It wasn’t just one set of individuals who were struggling with the tardiness, waste and dubious end-product quality occurring through the use of traditional methods. Characters throughout the Industry felt a need to re-think the way projects were being approached. Even in the aforementioned 1970s, innovators such as Hugh Edmonds and Don Gielanwere independently formulating what they saw as more effective approaches. The former wrote a paper on an adaptive software development process and the latter was lecturing throughout the USA on Tom Gilb’s original ideas of evolutionary project management which had evolved into what was known as competitive engineering. These individuals can probably be seen as frontiersmen in the eventual development of Agile as it was to become.

Exploring Deeper

In the following decade, the term scrum first appeared in a Harvard Business Review article by Hirotaka Takeuchi and Ikujiro Nonaka who were advocating a holistic approach to product development. Scrum would be further developed by Ken Schaber and Jeff Sutherland and arguably become the most recognizable Agile Method eventually resulting in the publication of the Scrum Guide some fifteen years later.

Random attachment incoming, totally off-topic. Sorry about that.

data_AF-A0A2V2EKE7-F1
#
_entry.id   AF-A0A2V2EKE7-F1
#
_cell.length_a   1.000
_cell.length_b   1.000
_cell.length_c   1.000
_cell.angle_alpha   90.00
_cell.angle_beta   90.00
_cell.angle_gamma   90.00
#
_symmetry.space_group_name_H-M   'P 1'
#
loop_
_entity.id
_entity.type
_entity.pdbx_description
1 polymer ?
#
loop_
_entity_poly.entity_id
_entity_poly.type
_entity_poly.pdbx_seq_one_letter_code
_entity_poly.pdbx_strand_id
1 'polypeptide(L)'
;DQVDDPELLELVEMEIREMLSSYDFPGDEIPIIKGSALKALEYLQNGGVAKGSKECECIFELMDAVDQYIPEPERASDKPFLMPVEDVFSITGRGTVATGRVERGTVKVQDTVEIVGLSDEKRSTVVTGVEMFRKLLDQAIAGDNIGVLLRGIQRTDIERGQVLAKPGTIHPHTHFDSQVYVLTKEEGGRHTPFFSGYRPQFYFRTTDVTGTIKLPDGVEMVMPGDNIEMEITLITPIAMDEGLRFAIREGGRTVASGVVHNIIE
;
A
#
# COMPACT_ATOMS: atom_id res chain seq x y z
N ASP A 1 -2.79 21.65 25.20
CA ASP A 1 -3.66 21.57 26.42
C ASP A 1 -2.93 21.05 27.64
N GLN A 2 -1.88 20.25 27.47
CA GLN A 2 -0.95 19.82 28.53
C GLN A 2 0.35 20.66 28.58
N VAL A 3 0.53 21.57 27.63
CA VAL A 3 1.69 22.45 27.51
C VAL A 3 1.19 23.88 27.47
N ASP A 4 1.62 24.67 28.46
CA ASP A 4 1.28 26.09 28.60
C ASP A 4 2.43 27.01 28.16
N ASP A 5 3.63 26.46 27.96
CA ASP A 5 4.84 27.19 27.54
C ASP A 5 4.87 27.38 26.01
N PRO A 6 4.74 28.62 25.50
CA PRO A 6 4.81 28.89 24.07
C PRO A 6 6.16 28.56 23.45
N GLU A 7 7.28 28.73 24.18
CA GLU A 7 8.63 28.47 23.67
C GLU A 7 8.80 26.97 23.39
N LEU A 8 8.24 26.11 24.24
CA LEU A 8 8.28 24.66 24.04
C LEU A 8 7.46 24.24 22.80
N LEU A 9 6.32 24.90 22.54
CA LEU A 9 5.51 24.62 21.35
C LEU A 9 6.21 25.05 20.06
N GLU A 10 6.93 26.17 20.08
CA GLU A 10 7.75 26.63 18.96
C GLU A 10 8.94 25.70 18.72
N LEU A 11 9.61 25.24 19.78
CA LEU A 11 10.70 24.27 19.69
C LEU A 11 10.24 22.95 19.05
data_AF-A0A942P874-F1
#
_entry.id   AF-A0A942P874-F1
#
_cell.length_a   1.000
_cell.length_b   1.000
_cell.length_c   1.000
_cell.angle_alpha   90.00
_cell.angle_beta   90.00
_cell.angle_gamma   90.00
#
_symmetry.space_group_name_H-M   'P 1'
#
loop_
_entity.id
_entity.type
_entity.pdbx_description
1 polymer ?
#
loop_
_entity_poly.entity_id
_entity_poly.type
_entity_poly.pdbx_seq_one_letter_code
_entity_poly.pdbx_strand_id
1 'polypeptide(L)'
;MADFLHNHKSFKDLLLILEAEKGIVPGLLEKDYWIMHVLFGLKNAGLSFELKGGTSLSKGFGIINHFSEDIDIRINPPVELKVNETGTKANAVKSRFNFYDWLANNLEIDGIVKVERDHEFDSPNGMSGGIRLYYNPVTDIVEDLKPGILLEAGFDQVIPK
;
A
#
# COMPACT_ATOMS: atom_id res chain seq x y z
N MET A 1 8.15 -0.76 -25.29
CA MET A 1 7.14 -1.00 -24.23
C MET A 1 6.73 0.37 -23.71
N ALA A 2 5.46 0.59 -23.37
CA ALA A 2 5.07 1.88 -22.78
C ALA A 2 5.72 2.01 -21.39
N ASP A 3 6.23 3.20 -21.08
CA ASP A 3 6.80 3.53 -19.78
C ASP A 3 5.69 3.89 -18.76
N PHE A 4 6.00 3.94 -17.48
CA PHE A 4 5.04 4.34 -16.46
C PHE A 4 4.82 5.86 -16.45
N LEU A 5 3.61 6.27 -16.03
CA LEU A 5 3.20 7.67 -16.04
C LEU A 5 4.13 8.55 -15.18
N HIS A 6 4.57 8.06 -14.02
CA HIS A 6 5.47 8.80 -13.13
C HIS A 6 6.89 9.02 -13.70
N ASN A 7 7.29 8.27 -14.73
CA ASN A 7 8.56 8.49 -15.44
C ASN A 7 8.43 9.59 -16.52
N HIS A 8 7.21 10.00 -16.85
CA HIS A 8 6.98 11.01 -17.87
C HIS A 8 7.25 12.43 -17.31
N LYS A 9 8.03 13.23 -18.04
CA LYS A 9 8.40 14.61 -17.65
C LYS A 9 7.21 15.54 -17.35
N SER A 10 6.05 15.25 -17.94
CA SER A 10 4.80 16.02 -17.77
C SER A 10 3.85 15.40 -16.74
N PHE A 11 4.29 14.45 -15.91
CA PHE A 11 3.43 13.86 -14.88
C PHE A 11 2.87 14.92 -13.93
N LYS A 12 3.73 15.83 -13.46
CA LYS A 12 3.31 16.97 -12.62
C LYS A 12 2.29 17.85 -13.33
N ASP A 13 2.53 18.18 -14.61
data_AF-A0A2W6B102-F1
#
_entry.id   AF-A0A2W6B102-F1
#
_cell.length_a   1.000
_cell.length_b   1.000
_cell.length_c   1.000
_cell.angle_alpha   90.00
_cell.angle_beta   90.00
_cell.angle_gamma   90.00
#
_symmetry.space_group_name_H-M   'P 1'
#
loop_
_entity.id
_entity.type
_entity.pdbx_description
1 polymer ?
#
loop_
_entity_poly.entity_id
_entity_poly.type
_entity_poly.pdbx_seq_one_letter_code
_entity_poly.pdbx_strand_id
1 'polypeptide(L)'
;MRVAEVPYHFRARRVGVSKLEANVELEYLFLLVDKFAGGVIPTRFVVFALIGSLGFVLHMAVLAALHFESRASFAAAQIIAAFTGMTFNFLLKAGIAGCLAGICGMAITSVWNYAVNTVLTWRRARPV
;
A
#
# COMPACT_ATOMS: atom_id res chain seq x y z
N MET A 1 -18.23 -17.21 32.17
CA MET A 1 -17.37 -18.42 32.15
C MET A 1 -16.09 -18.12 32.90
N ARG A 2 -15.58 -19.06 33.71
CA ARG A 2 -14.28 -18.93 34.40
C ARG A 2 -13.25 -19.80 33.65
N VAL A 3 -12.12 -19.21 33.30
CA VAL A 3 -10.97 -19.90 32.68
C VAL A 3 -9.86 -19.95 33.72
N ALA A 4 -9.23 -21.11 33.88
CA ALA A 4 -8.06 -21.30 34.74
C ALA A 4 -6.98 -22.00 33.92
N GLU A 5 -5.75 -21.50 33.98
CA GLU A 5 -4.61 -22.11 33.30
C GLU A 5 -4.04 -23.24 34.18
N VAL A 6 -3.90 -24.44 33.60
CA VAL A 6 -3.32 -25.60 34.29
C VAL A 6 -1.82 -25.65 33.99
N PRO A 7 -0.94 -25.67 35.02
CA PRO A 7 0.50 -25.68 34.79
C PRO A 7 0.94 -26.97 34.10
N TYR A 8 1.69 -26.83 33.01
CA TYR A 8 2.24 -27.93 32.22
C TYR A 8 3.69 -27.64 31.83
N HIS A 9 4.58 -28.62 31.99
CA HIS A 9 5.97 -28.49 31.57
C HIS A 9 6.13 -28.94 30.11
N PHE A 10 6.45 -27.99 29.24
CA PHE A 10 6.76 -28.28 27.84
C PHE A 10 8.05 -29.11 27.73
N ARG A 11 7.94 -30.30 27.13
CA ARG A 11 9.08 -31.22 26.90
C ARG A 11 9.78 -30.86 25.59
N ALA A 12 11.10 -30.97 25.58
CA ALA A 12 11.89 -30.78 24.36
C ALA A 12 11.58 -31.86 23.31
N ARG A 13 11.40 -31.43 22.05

The decade after scrum had first appeared saw a collection of lightweight software development methods emerging in reaction to the heavyweight Waterfall method. At the forefront of these was an aerospace engineer, John Kern, who understood that there must be a better and more efficient way to build software. Through hindsight, it is quite easy to see that everything was building rapidly towards a crescendo; the 1990s being the decade which had seen the arrival of the Unified Process and Dynamic Systems Development Method, Scrum, Crystal Clear and XP in that chronological order.

However, why was so much going on at that time? Well, if it is viewed in the bigger picture and in comparison with the explosive growth in the use of internet hosts, the surge in the buildup of Silicon Valley on the West Coast and the corresponding upswing on the NASDAQ index, it is easy to understand. North American high-tech companies and the World Economy were booming; the development of computer technology very likely being the root cause.

Snowbird, Utah